9. Interactivity. Will it be a linear video or will there be interactive components? Will you require e.g. Flash programming to build the video into a special player that will sit on a specific landing page? The cost to develop such interactivity can range from 10-30% more. Back end, database work will cost even more.
10. Web Hosting. If your video will be online, you will have to decide which server best suits your business needs (e.g. your own site, YouTube, business portal, etc.). Thankfully, hosting nowadays is relatively expensive – $5-$10/month depending on bandwidth usage.
11. Camera. The quality of the camera can make a considerable difference in the finished quality and editing options for your video. Which camera is used depends not only on budget, but on the desired look of the footage, and there are so many options – $500 digital video camera; $2,500 DSLR; $10,000 full feature HD camera; $55,000 RED; $80,000 ARRI – just to name a few. Some people even choose to shoot on film. If you plan to stream the video online, a high-end camera is not always necessary. Unless you own the equipment, you are effectively renting the camera, so the rate will vary depending on the type of camera. The cost of the camera package (whether separately obtained or as part of the production company’s price) can range from $25-$400 an hour. Extras like film camera and stock, specialty lenses (e.g. wide angle, fixed focal length, cine lenses), etc. can take you well over $1,000 an hour. We want to help ensure the camera you are looking at reflects your corporate web video cost requirements so often times we are able to use a less expensive camera with a talented crew to accomplish superior results.
12. Other video equipment. An expensive, top-of-the-line camera is wasted if the lighting is horrible or if the camera movements are (unintentionally) jerky. More experienced video production companies will have a variety of tools and equipment on hand; if not, what is needed will be rented. Examples of special equipment: track dolly, jib-arm, etc. for movement; high quality field monitor to ensure at the time whether the footage is what you want; lavs, direction mics, booms, and other audio equipment to ensure proper sound and audio. Never underestimate the importance of sound quality. A gorgeous video can be absolutely ruined if the audio is horrible. The cost of equipment can range from $25-$100/hour.
13. Props, Wardrobe and Other Set Items. If certain items need to be displayed, or you need to recreate a 1950s living room, the set (as well as the talent) has to look “right”, otherwise your product loses credibility for the viewers. There may be a color scheme, either to achieve a certain atmosphere, or to utilize corporate colors. Costs for set items and wardrobe will depend on what is required. For presentation style videos, a teleprompter can save a shoot, especially if the speaker is inexperienced (like a CEO). Time is money; multiple takes because of forgotten or messed up lines will add to the cost of production, especially if the schedule is thrown off. The cost of a teleprompter and operator is usually between $350-500 for a half day.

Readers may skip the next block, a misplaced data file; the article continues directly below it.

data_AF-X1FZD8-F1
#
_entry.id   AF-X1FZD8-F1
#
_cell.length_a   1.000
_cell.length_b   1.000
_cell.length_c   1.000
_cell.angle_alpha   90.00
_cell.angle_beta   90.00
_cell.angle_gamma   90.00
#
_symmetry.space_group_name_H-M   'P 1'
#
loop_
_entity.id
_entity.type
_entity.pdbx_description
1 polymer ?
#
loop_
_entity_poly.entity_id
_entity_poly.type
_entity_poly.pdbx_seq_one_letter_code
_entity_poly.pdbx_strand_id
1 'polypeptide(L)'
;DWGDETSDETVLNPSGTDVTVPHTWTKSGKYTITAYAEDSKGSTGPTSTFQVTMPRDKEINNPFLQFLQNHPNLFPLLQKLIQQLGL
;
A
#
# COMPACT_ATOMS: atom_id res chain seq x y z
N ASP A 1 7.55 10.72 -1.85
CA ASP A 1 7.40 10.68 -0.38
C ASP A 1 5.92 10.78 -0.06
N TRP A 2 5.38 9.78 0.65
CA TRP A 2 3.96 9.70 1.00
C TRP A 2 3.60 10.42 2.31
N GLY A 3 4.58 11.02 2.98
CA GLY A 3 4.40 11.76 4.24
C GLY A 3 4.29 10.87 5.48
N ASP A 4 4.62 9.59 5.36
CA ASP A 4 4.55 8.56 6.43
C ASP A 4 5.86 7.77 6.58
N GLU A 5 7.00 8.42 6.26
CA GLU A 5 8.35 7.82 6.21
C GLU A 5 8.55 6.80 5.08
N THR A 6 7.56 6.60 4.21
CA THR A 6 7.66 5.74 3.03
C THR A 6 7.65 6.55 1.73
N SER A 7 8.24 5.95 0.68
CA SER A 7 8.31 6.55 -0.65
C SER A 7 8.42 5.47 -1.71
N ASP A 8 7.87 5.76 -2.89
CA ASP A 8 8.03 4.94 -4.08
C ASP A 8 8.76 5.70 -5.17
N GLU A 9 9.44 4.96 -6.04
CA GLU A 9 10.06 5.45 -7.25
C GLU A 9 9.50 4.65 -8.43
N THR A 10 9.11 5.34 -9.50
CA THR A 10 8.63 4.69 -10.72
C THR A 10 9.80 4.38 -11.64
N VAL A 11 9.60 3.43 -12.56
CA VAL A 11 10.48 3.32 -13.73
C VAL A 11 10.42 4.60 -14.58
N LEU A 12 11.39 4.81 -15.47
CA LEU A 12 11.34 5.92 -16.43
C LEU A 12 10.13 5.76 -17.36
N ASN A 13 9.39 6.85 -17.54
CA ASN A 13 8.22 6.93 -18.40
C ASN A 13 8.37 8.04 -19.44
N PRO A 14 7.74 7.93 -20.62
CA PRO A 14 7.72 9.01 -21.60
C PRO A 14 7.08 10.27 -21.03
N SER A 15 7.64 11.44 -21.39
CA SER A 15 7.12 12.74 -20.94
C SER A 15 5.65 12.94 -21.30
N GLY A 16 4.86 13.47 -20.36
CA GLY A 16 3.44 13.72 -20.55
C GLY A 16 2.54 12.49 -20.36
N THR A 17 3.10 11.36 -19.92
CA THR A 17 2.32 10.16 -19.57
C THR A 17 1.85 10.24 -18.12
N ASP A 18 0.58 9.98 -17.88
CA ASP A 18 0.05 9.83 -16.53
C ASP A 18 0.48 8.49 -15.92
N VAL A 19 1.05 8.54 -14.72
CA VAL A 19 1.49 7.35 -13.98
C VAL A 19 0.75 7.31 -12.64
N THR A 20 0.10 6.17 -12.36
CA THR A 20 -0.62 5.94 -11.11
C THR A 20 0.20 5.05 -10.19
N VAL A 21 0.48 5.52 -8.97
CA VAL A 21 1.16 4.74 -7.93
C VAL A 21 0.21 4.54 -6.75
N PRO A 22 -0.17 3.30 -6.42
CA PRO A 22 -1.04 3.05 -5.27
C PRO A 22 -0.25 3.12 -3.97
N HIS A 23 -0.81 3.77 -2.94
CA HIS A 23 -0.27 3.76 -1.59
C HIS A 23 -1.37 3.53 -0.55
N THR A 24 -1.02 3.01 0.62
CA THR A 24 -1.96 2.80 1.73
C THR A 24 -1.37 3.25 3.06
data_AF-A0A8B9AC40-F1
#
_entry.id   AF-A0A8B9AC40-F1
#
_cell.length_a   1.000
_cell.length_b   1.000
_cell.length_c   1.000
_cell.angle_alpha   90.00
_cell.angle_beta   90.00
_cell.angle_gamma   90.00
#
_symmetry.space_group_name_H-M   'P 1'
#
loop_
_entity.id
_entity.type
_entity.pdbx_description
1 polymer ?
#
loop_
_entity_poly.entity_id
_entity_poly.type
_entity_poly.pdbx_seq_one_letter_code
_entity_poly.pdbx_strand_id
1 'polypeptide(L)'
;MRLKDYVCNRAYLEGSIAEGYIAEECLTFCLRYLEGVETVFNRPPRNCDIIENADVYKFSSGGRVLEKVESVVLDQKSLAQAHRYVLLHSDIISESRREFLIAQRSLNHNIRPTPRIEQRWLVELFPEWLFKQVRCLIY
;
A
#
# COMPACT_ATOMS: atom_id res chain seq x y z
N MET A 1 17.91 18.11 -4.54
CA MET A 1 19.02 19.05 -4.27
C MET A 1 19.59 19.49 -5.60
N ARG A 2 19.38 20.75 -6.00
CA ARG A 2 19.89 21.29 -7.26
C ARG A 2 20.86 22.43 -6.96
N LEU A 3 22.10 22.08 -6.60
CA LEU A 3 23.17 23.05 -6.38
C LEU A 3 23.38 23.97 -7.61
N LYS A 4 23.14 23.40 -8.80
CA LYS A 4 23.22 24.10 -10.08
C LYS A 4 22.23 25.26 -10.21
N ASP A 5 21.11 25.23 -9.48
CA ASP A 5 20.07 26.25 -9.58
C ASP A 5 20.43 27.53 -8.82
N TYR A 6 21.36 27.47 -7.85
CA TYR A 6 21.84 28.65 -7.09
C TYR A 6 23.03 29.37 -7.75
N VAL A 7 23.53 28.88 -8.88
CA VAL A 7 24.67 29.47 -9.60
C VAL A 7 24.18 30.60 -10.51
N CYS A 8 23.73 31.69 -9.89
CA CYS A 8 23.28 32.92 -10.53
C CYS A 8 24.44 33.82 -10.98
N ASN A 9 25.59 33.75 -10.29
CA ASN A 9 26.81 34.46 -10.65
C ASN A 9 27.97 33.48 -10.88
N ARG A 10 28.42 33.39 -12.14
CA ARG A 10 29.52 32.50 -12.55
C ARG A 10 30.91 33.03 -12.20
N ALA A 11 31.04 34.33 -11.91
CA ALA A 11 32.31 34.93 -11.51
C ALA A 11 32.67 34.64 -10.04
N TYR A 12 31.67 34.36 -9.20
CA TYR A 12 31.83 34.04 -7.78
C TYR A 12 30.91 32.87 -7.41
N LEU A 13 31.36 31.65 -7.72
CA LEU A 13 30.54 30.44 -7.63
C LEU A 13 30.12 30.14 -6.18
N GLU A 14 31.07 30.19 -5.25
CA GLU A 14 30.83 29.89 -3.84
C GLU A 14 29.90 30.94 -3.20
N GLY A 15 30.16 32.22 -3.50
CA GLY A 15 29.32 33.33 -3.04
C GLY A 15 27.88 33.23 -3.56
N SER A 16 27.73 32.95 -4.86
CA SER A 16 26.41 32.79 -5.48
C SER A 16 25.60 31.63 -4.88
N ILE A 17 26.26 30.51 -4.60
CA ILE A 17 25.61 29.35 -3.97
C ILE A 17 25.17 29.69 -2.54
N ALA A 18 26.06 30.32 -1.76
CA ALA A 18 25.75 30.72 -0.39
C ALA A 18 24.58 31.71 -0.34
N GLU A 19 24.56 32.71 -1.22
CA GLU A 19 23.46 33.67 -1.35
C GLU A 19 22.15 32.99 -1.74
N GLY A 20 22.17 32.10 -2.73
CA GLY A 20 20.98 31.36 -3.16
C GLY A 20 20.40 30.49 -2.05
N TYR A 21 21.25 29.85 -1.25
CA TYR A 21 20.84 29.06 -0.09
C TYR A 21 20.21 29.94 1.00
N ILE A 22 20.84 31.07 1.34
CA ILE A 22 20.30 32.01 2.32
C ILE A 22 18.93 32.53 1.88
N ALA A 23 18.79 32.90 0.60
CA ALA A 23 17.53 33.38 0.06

14. Actors/Presenters. Not everyone is good on camera or fits the brand you are projecting; you may need to make some difficult decisions about who should represent your company. Most broadcast commercials have professional actors or models – either in roles or presenting – and many corporate videos hire outside talent. Sometimes, experts appear in videos to bolter credibility of findings. The cost for the talent can range from $50-500/hour (even more if they are “names”), depending on specialization and demand.
15. Technical Crew. To many people outside the film/video industry, it may look as though there are dozens of people standing around, idle, on film and TV sets. Most business web video productions don’t require more than a couple of crew, but more are needed on more sophisticated shoots. If you are conducting “man on the street” interviews, you need a camera operator, sound person, director, interviewer and interviewee. Intricate lighting may require a gaffer or lighting technician. For complicated shots, you may need camera assistants. Some of the crew will have their own equipment; others will require rented equipment. The cost for crew can range from $25-$75/hour depending on level of experience.
16. Many smaller shoots don’t incorporate make-up artists, but their work adds to the polish of the final video. A make-up artist will make talent camera ready and will be on standby throughout the shoot to make sure talent don’t look bad on camera (getting rid of shine, fixing distracting stray hairs, touching up cosmetics – even special effects make-up if required). The cost can be $25-$75/hour and may or may not include a “kit” fee.
17. Union Dues. Some crews are unionized. “Named” talent are usually members of SAG-AFTRA, ACTRA or other union. Costs will vary depending on project and talent.